There is sex but it is not intimate – Ajay Bahl
After being widely acclaimed at various film festivals and international platforms, B.A.Pass directed by debutant Ajay Bahl gets its theatrical release in India today. In an exclusive conversation with Pandolin, this independent filmmaker from Delhi talks about the making of his first film that he has not only directed and produced but shot it as well.
How did the idea of making a film on such a bold concept come to your mind?
B.A. Pass is a film adapted from a short story “Railway Aunty” from a book named “Delhi Noir”. So it was never the concept but a story I loved and I have to thank Mohan Sikka for that.
How much was your involvement in the writing process of this film? Could you please elaborate about the process?
All directors work in tandem with their screenwriters. Once we decided on the story, Ritesh Shah and I used to meet once a month and compare notes. In my opinion, meeting too frequently with the writer is counter-productive as both the director and the screen writer need quality time alone to absorb the story, it’s world, it’s movement and the characters. A finished script is, at best, an indication or a rough road map for the film. However, the real journey begins on the set. Now in my case, the lack of funds proved advantageous for me to some extent. Since we finished the film in three schedules so I had an ample opportunity to edit and then add/delete from the script. For example, the moment I started shooting the climax for my film, I knew that it was not working. Hence after taking a couple of shots, I packed up for the day and then we rewrote.
What was your treatment towards the look and the feel of this film, considering its bold theme?
My approach was more from the story’s perspective and was intuitive rather than studied or technical. I wanted to approach the material in an emotional and visceral manner. For me, the choice of lens and the composition are emotional decisions based on where my characters are placed in the story at that moment.
Which camera format did you shoot on and what was the choice of lenses? Why?
I shot B.A.Pass on ARRI ALEXA, 2K version (since 4K was not available then) along with Ultra prime lenses. We shot digital because of the budget constraints but having said that I must admit that I am not a fan of the 5D camera. ALEXA, on the other hand gave superb results and with Ultra primes, I could shoot really wide open. Most of the film including exteriors has been shot at F2.8 because I love the shallow depth of field.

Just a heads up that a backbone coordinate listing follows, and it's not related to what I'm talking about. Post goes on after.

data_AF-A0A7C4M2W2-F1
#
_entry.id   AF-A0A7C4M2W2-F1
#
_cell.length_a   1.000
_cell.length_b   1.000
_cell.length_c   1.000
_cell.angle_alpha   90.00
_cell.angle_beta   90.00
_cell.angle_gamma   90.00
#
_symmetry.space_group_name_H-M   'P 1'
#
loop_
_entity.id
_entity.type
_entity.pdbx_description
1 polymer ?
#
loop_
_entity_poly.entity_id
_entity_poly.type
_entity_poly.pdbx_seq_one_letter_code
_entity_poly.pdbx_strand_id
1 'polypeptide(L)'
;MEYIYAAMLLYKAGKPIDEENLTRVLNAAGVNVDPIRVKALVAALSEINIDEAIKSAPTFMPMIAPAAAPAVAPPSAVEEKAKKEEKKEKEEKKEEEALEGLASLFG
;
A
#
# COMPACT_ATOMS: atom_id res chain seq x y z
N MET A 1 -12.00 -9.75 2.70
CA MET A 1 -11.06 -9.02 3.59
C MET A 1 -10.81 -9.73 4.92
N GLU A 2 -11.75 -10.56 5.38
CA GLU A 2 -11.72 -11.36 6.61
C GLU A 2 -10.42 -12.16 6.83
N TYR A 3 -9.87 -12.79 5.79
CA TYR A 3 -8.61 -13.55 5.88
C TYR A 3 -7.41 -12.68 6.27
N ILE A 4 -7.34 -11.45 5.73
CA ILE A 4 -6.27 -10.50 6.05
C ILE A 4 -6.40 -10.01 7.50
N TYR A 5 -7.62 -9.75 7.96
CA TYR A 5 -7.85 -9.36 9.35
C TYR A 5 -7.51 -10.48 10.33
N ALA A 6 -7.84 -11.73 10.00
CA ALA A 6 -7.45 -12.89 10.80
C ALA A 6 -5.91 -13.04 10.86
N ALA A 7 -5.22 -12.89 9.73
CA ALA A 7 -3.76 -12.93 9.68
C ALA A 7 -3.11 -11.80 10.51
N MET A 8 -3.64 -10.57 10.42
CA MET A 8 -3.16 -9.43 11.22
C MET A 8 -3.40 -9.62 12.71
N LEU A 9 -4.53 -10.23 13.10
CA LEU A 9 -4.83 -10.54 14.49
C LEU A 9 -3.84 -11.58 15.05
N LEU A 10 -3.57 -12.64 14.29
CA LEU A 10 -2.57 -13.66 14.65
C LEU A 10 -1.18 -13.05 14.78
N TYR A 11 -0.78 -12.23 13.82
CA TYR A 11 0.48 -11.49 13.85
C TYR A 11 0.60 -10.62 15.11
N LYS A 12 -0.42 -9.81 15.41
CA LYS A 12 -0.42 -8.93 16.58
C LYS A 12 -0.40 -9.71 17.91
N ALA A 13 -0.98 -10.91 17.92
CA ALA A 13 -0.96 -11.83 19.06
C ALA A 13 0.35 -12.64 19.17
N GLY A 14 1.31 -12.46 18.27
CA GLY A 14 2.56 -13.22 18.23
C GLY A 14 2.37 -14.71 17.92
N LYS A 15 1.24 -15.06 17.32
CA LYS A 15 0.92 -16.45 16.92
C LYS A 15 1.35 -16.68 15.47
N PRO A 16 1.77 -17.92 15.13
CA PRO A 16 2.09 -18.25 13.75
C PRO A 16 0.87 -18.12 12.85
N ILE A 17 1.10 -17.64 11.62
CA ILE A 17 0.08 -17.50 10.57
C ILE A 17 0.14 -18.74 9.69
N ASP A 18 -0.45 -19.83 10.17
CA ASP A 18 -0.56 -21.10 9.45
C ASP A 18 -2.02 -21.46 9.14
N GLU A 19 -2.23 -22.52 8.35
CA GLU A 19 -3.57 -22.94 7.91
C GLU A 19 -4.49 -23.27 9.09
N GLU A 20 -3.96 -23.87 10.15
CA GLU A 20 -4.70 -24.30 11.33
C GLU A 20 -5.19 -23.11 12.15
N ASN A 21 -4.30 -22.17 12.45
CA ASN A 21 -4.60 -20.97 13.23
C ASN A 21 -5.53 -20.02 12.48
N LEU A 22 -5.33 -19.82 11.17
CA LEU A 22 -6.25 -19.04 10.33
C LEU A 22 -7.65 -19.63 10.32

Brief us a little bit about the lighting design of B.A. Pass.
I light mostly by the eye and use the light meter very sparingly, which again helps me in being more organic. I started the film with natural lighting and then gradually added color as the protagonist moved forward in his journey and life. Towards the end to signify his state of mind, I experimented a bit and the lighting became an explosion of colors especially neons.
What was your essential brief to the actors and how did you make them comfortable before shooting intimate scenes? What was your rehearsal process like?
The script demanded that the actors don’t get comfortable with each other. There is sex but it is not intimate and there is a huge emotional void between Shilpa’s and Shadab’s characters. Hence, our process was directed more towards both of them not getting too familiar with each other. In terms of rehearsals we did just one or two, only to figure out a basic staging plan. I like to encourage and help the actors stage their own movements because some how they ring more true on the screen. Mostly, I would shoot a scene by first placing the camera and then giving the actors a field to play in. The love making scenes were not rehearsed at all; in fact rehearsals would have been a disaster. We shot incredibly long takes and the actors improvised. Besides, there was music on set such as hard rock.
What were the major challenges you faced while helming both the roles of a director as well as the cinematographer and how did you overcome it?
Sometimes it was physically draining but then again it was so much fun. I think I would have gone out of my mind, if I had to sit around waiting for the lighting to finish. Luckily, it was me who was lighting so I didn’t get bored on the set. As long as you remember that your job is to tell the story at hand and not to get seduced into making the lovely images, you are fine.
Where did the shooting take place and how many days it took to complete the film?
The film was entirely shot in Delhi, in and around the areas like Paharganj and Barakhambha road. Some portions were shot in old Delhi as well and we finished the shoot in 42 days.
How did you manage to get funds for the making of B.A. Pass and what kind of problems did you face as the producer of this film?
B.A. Pass is a self-financed film and for publicity we partnered with Narendra singh of Filmy Box and eventually sold all the worldwide rights to Mr. Bharat Shah.
Since it’s an independent film and on a sensitive subject, how difficult was it to find distributors and get a theatrical release for it?
We had to wait around four to five months before Mr. Bharat Shah came on board and now the film is being distributed by his company, V.I.P Movies.
How would you describe yourself as a director – spontaneous or methodical?
Mostly spontaneous, though I would like to believe that I have a plan when I reach the set for shooting. But a location speaks to you differently every day, so you have to grasp that and change the things accordingly.